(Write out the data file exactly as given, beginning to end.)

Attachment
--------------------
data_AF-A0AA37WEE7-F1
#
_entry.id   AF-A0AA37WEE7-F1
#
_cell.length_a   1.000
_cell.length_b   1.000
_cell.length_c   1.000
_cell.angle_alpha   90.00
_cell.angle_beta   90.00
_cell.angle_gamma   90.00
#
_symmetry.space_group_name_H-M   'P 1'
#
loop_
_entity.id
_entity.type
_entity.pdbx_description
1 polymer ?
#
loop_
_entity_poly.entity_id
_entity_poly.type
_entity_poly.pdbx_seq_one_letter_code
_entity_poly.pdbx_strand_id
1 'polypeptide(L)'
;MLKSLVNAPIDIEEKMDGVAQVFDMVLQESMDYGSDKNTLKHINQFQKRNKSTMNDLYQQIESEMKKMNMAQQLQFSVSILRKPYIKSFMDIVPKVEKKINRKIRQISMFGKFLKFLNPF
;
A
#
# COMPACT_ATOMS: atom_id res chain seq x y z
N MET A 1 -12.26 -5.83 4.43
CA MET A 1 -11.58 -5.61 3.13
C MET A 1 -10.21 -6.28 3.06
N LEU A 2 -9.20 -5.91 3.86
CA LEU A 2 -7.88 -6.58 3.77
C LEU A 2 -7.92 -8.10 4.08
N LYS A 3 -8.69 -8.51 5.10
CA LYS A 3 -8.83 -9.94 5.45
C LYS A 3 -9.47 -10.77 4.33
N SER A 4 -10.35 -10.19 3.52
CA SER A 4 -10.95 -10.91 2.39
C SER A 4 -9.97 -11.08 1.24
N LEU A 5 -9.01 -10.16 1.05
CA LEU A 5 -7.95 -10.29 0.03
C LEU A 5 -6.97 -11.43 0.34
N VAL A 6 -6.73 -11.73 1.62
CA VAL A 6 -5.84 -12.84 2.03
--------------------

data_AF-A0AA37WEE7-F1
#
_entry.id   AF-A0AA37WEE7-F1
#
_cell.length_a   1.000
_cell.length_b   1.000
_cell.length_c   1.000
_cell.angle_alpha   90.00
_cell.angle_beta   90.00
_cell.angle_gamma   90.00
#
_symmetry.space_group_name_H-M   'P 1'
#
loop_
_entity.id
_entity.type
_entity.pdbx_description
1 polymer ?
#
loop_
_entity_poly.entity_id
_entity_poly.type
_entity_poly.pdbx_seq_one_letter_code
_entity_poly.pdbx_strand_id
1 'polypeptide(L)'
;MLKSLVNAPIDIEEKMDGVAQVFDMVLQESMDYGSDKNTLKHINQFQKRNKSTMNDLYQQIESEMKKMNMAQQLQFSVSILRKPYIKSFMDIVPKVEKKINRKIRQISMFGKFLKFLNPF
;
A
#
# COMPACT_ATOMS: atom_id res chain seq x y z
N MET A 1 -12.26 -5.83 4.43
CA MET A 1 -11.58 -5.61 3.13
C MET A 1 -10.21 -6.28 3.06
N LEU A 2 -9.20 -5.91 3.86
CA LEU A 2 -7.88 -6.58 3.77
C LEU A 2 -7.92 -8.10 4.08
N LYS A 3 -8.69 -8.51 5.10
CA LYS A 3 -8.83 -9.94 5.45
C LYS A 3 -9.47 -10.77 4.33
N SER A 4 -10.35 -10.19 3.52
CA SER A 4 -10.95 -10.91 2.39
C SER A 4 -9.97 -11.08 1.24
N LEU A 5 -9.01 -10.16 1.05
CA LEU A 5 -7.95 -10.29 0.03
C LEU A 5 -6.97 -11.43 0.34
N VAL A 6 -6.73 -11.73 1.62
CA VAL A 6 -5.84 -12.84 2.03